Photo Credit: Wikipedia Commons
Greenhouses like these were the core of the Gush Katif economy

More than a decade after they had been expelled from their homes as part of the “disengagement” program, half of the sample of 248 Gush Katif evacuees responding to a survey conducted by the Raffi Smith Research and polling Institute said they believe they’d be returning home to Gush Katif some day. Of those, 92% said they would return when invited to. Among those who did not believe in the possibility of a return, fewer than half said they would take advantage of such an offer.

A full 30% of respondents say they still define themselves as Gush Katif residents and only a quarter see themselves as belonging to their new communities. Two thirds said living in a community has helped their adjustment process.

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The survey found that religious evacuees have done better than their secular brethren. 90% of the religious respondents said they were satisfied with their new residence, compared with only 56% of the secular. More than 70% of the religious said their lives have returned to normal, compared with only 52% of the secular and 51% of those who described themselves as traditional.

There were a few specific differences between former residents of Nisanit, the largest settlement in the northern tip of the Gaza Strip, and the evacuees of the Gush Katif bloc in the southern part of the strip. Nisanit, which numbered about 300 families (some 900 people), was a ‘mixed’ settlement, with religious and secular Jews living together. Only half of the Nisanit residents surveyed said they had been able to return to a normal life, compared with two-thirds of the southern dwellers. Only a third of the northerners found a proper solution in new communities, compared with 70% of the people from the south.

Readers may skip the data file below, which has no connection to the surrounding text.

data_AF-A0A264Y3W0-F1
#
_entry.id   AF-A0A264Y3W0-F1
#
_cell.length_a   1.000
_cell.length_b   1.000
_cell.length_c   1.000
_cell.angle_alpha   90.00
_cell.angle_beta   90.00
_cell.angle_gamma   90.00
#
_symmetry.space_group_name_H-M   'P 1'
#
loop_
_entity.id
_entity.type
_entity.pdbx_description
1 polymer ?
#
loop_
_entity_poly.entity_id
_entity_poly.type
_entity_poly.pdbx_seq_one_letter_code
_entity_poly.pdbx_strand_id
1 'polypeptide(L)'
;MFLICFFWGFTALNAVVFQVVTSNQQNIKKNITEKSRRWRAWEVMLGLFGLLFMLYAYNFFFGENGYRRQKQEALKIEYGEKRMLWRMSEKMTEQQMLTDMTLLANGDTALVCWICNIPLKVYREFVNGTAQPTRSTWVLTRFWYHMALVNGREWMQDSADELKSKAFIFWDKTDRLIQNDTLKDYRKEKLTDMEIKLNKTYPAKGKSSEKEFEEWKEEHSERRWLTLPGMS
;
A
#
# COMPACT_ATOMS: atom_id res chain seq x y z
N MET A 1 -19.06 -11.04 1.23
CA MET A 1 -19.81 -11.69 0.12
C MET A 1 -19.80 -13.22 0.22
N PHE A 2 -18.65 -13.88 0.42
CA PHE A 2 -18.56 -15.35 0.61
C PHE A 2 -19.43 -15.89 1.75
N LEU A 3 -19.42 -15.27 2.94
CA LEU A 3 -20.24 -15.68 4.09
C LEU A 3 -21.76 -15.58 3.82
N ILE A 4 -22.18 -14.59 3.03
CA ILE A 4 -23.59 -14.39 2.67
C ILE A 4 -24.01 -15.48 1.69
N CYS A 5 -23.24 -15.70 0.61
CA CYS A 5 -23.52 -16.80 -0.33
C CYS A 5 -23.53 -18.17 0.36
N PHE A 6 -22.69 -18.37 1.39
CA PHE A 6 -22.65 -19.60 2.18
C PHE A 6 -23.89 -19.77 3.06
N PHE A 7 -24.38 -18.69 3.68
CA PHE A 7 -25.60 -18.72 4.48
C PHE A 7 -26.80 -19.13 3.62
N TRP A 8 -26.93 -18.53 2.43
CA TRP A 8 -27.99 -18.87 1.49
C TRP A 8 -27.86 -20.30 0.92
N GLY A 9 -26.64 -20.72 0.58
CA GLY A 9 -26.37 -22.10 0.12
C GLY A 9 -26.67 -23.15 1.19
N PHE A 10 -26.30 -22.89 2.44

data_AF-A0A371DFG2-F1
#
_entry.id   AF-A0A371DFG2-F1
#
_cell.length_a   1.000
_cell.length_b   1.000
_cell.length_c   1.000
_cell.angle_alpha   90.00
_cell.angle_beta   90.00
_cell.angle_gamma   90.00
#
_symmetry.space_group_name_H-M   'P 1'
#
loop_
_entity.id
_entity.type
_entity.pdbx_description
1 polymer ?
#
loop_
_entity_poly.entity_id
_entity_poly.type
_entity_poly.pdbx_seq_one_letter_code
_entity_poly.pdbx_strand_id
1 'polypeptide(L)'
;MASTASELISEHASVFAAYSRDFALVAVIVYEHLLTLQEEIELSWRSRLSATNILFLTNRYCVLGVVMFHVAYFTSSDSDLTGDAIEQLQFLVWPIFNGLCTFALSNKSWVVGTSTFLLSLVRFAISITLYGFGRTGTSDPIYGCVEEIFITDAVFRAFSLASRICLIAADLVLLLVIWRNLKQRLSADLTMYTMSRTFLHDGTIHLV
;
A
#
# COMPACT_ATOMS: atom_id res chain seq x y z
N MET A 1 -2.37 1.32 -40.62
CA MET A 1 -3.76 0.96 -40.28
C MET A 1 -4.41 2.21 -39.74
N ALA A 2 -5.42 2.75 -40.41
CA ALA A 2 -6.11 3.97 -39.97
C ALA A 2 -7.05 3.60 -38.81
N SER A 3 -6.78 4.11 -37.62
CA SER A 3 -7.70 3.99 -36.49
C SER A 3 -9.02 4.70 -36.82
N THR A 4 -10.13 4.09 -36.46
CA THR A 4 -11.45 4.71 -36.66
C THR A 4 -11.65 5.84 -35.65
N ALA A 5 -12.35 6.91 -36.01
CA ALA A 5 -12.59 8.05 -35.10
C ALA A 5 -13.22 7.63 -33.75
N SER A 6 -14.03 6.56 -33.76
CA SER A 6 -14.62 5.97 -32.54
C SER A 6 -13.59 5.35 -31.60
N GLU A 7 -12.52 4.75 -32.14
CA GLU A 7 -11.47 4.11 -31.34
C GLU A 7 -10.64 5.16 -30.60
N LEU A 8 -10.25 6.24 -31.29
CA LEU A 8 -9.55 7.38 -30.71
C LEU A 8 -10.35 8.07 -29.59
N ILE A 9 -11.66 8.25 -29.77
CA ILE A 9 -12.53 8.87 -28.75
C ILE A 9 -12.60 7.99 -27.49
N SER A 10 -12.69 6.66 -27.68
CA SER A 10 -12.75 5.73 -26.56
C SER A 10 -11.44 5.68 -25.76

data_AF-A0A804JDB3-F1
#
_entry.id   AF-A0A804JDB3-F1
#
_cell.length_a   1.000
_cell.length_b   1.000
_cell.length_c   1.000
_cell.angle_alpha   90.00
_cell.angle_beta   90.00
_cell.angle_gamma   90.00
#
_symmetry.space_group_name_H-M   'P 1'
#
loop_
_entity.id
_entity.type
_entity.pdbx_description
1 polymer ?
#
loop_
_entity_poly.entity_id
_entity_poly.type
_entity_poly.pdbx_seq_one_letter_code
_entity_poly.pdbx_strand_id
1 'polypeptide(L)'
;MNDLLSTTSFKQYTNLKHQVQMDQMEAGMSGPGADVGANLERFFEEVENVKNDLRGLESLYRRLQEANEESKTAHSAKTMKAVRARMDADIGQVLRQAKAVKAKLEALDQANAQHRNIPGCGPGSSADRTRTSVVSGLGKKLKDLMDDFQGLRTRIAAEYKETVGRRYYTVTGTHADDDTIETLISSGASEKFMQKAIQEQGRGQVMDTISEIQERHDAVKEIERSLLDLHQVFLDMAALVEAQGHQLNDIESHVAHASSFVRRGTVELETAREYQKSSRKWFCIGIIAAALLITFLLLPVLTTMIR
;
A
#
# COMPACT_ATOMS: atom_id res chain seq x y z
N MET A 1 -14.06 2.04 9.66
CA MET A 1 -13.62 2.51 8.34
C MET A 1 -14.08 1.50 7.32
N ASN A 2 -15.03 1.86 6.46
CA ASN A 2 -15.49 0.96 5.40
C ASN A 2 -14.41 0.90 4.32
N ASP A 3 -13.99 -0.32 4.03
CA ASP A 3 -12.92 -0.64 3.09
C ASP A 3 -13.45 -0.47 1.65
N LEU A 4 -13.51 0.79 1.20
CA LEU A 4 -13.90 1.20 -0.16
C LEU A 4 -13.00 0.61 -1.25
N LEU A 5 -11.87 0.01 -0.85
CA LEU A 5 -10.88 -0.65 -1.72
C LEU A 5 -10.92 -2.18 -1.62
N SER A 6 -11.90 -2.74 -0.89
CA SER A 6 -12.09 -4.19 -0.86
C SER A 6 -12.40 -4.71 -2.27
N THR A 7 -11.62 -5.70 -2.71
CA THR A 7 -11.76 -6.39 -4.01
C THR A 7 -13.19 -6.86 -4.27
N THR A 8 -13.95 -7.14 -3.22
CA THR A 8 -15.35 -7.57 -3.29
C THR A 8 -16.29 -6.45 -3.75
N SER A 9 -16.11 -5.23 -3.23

As many as 80% of respondents said they were holding on to some object—from a sand bottle to a garden rock—from their demolished homes. 30% of them still reside in temporary housing. 14% are unemployed, in an Israeli job market with only 4.8% unemployment.

The survey was ordered by the Gush Katif Residents Committee, on the occasion of the publishing of the new book Makom (Place) by Ofra Lax. Committee chairwoman Hagit Yaronsaid in a statement, “Eleven years after the uprooting, the great Gush Katif family continues to miss its home. The residents are longing for the place, the friends and communities that have been dispersed across the country. There’s no doubt that our transfer as whole communities has enabled us to return to life and rebuild our settlements. Many among us still believe that some day the nation of Israel will return to Gush Katif, to grow and be grown in its sands.”

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